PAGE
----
The brief but tumultuous term of Eddie Johnson as Nogales city manager came to an abrupt end on Thursday after Johnson and the city council approved a separation agreement.
The mayor and council approved the deal by unanimous vote at a special session on Thursday afternoon. City Attorney Mike Massee said Johnson had already signed the agreement.
According to the document, Johnson’s employment with the city will be terminated effective immediately. As part of the deal, Johnson will receive a $35,000 payout and agree not to take any legal action against the city.
The agreement includes a non-disparagement clause that applies to both Johnson and city council members.
“After this action today, nobody really should be talking about this, we should just be moving on,” Massee said.
It wasn’t clear who will lead the city going forward and Mayor Arturo Garino didn’t immediately respond to an email asking whether the city would appoint a temporary manager or open a new search.
Johnson began work as city manager on Monday, Jan. 13, after the mayor and council approved a contract on Jan. 8.
Johnson, who previously had a 20-year career in military intelligence and most recently worked as an administrator at the Maricopa County Attorney’s Office, signed a two-year contract with the city that gave him a $140,000 annual salary.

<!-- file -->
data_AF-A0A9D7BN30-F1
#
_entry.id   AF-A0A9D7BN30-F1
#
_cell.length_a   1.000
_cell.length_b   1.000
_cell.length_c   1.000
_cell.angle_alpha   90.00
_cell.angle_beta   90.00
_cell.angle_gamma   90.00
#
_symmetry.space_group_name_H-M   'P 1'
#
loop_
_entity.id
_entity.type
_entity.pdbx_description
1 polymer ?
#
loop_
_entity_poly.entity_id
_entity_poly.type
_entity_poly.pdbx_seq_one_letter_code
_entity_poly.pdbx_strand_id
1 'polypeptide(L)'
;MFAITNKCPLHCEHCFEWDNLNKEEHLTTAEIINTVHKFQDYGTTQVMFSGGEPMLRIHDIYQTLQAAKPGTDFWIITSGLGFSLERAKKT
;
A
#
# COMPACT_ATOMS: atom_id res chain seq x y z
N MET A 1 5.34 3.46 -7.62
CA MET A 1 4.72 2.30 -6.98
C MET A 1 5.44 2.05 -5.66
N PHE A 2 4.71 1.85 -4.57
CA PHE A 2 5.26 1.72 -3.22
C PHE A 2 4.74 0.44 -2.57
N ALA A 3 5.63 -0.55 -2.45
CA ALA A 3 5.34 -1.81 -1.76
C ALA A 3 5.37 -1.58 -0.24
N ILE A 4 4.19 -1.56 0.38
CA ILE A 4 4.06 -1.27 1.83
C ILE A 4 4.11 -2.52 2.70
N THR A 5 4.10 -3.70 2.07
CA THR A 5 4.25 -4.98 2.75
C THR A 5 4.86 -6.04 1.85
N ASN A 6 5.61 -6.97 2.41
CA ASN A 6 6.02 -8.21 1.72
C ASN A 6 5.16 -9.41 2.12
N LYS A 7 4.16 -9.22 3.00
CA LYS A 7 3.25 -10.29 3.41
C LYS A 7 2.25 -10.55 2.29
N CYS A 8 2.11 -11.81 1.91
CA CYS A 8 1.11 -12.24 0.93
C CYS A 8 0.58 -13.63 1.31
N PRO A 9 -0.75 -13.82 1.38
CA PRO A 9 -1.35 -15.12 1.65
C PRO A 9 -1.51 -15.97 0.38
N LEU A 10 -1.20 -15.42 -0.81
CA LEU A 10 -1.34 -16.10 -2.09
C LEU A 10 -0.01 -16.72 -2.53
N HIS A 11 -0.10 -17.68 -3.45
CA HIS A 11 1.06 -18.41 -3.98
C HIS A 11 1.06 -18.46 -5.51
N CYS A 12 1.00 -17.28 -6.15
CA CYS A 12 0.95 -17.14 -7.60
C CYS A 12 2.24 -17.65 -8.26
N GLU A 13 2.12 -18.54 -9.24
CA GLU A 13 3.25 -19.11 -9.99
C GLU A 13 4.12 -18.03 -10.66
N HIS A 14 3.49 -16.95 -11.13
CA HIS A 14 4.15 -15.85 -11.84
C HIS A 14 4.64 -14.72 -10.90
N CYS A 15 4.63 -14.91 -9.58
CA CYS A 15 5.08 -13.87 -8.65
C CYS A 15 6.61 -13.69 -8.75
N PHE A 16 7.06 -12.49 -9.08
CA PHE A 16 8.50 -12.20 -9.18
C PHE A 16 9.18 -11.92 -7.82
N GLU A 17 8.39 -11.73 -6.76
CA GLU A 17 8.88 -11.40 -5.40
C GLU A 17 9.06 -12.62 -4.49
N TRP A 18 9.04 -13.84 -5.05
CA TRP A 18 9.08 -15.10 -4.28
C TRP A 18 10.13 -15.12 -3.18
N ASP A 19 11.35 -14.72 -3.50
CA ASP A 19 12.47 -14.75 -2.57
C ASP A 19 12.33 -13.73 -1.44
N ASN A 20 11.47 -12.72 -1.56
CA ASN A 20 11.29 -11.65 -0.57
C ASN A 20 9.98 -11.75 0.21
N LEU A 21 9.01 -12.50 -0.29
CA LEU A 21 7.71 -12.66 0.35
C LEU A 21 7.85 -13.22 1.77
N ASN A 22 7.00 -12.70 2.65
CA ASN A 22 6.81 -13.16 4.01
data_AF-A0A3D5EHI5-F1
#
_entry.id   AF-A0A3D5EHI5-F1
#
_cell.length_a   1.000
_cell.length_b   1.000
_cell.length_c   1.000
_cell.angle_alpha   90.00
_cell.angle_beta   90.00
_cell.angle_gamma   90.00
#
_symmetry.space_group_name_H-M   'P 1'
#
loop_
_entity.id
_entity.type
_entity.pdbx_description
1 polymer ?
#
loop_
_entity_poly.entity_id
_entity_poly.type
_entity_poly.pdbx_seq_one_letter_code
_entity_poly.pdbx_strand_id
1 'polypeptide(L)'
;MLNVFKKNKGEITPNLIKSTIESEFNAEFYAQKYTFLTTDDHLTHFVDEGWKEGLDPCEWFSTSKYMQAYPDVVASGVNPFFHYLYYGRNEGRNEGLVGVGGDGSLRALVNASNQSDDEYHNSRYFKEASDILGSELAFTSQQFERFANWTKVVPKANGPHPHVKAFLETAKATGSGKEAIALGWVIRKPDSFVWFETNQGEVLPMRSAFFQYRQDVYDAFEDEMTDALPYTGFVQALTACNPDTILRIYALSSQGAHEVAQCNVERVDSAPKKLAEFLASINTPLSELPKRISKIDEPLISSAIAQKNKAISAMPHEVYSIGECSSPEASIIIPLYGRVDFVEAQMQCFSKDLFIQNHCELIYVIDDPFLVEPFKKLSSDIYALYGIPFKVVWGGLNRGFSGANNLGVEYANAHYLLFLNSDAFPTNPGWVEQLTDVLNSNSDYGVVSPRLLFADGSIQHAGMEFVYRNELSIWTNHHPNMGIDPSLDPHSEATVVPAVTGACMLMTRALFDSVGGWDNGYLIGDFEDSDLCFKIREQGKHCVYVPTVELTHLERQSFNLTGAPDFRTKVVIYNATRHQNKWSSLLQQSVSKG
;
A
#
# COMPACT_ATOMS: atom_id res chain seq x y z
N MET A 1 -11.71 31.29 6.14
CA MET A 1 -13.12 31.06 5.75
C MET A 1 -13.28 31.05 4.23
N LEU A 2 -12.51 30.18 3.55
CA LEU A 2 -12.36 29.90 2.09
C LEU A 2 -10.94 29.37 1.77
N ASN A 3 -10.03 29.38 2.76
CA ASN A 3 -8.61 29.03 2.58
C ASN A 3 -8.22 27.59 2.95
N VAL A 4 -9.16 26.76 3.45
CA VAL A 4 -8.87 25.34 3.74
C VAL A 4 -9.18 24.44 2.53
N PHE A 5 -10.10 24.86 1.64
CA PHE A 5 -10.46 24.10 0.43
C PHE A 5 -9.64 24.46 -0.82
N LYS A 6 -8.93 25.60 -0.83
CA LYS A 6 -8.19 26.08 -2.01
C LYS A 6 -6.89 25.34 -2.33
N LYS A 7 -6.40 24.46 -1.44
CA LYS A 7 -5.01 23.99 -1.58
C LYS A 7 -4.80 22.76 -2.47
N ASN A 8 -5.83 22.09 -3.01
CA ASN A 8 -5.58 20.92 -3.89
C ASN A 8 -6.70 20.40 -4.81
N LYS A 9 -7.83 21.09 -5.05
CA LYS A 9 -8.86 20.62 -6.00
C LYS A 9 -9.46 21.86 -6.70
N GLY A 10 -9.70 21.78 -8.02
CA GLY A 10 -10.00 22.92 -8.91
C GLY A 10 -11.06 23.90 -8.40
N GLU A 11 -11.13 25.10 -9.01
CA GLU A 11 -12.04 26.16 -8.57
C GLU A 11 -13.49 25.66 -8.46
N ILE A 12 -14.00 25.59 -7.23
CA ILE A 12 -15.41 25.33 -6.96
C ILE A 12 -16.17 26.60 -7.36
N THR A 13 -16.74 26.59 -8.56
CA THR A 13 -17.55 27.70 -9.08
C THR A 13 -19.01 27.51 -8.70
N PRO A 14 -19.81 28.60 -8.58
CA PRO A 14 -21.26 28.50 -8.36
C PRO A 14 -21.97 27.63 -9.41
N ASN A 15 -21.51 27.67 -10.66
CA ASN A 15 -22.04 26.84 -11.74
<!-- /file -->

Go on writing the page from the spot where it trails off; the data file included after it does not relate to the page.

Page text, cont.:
“I’ve got a good feeling about him… I think he’s going to do well,” Garino said at the time.
However, the relationship quickly soured, with Johnson pushing back against Garino’s insistence on taking an active role in matters that fall within the responsibilities of the manager, and Garino and Councilman Marcelino Varona, Jr. crying foul on Johnson’s reluctance to include them in major administrative decisions, such as hiring department heads.
During a meeting on April 23 that Johnson alleged had been called illegally and refused to participate in, Varona and City Attorney Mike Massee appeared to be preparing reasons to fire Johnson, with Varona at one point complaining that the city manager “is not the dictator of this community.”
The mayor and council then met again briefly behind closed doors on May 6 to discuss Johnson’s employment. They did not take any action at the time, but during the council’s open session, council members and City Attorney Mike Massee briefly discussed giving direction to “staff” rather than to the city manager.
Johnson was the city’s third manager since Shane Dille was abruptly dumped from the post in 2016.
Carlos Rivera, who served in the position from 2016 to 2017, left the city after the council declined to renew his contract without explanation.
Rivera was replaced by Frank Felix, who issued his resignation in July 2019 and cut his 18-month contract short by a week after Garino told him that the city was planning to open up an application process for the city manager job.